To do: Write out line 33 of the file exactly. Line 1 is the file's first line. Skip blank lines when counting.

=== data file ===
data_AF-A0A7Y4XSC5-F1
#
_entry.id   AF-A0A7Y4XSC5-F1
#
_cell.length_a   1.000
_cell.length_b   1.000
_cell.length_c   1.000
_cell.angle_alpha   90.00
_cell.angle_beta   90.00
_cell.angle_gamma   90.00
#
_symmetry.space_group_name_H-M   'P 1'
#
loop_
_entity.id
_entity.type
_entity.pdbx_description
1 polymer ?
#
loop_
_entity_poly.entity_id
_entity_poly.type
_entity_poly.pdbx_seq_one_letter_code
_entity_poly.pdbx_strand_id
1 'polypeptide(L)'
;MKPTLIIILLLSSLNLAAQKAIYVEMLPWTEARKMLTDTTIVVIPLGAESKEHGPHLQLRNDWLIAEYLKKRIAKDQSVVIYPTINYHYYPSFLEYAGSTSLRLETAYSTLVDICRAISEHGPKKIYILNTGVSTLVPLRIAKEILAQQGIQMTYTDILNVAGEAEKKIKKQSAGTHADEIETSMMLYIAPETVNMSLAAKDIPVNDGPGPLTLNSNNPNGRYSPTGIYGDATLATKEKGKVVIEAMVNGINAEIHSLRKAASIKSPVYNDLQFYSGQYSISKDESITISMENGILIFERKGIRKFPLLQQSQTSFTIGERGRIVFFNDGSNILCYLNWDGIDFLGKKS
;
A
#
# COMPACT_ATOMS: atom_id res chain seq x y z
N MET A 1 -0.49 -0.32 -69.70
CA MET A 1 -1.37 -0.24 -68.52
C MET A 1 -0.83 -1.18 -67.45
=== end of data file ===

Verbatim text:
C MET A 1 -0.83 -1.18 -67.45